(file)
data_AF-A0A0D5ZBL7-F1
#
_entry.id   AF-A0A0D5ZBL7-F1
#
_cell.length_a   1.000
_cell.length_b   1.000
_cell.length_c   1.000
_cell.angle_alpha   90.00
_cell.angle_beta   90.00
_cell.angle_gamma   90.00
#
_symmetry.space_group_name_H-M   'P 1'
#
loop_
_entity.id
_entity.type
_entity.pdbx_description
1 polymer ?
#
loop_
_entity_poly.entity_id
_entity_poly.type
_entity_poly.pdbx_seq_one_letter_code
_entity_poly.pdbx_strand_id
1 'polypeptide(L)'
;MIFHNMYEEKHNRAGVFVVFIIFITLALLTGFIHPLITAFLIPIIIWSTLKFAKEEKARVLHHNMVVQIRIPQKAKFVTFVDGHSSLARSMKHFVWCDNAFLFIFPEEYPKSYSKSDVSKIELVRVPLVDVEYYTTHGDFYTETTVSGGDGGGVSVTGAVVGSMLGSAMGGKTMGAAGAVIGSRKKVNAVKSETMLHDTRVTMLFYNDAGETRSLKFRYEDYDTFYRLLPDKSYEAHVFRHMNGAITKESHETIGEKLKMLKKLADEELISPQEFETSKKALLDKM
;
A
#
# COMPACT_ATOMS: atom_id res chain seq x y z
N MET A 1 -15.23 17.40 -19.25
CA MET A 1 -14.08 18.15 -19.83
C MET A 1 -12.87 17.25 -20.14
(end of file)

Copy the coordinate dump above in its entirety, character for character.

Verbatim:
data_AF-A0A0D5ZBL7-F1
#
_entry.id   AF-A0A0D5ZBL7-F1
#
_cell.length_a   1.000
_cell.length_b   1.000
_cell.length_c   1.000
_cell.angle_alpha   90.00
_cell.angle_beta   90.00
_cell.angle_gamma   90.00
#
_symmetry.space_group_name_H-M   'P 1'
#
loop_
_entity.id
_entity.type
_entity.pdbx_description
1 polymer ?
#
loop_
_entity_poly.entity_id
_entity_poly.type
_entity_poly.pdbx_seq_one_letter_code
_entity_poly.pdbx_strand_id
1 'polypeptide(L)'
;MIFHNMYEEKHNRAGVFVVFIIFITLALLTGFIHPLITAFLIPIIIWSTLKFAKEEKARVLHHNMVVQIRIPQKAKFVTFVDGHSSLARSMKHFVWCDNAFLFIFPEEYPKSYSKSDVSKIELVRVPLVDVEYYTTHGDFYTETTVSGGDGGGVSVTGAVVGSMLGSAMGGKTMGAAGAVIGSRKKVNAVKSETMLHDTRVTMLFYNDAGETRSLKFRYEDYDTFYRLLPDKSYEAHVFRHMNGAITKESHETIGEKLKMLKKLADEELISPQEFETSKKALLDKM
;
A
#
# COMPACT_ATOMS: atom_id res chain seq x y z
N MET A 1 -15.23 17.40 -19.25
CA MET A 1 -14.08 18.15 -19.83
C MET A 1 -12.87 17.25 -20.14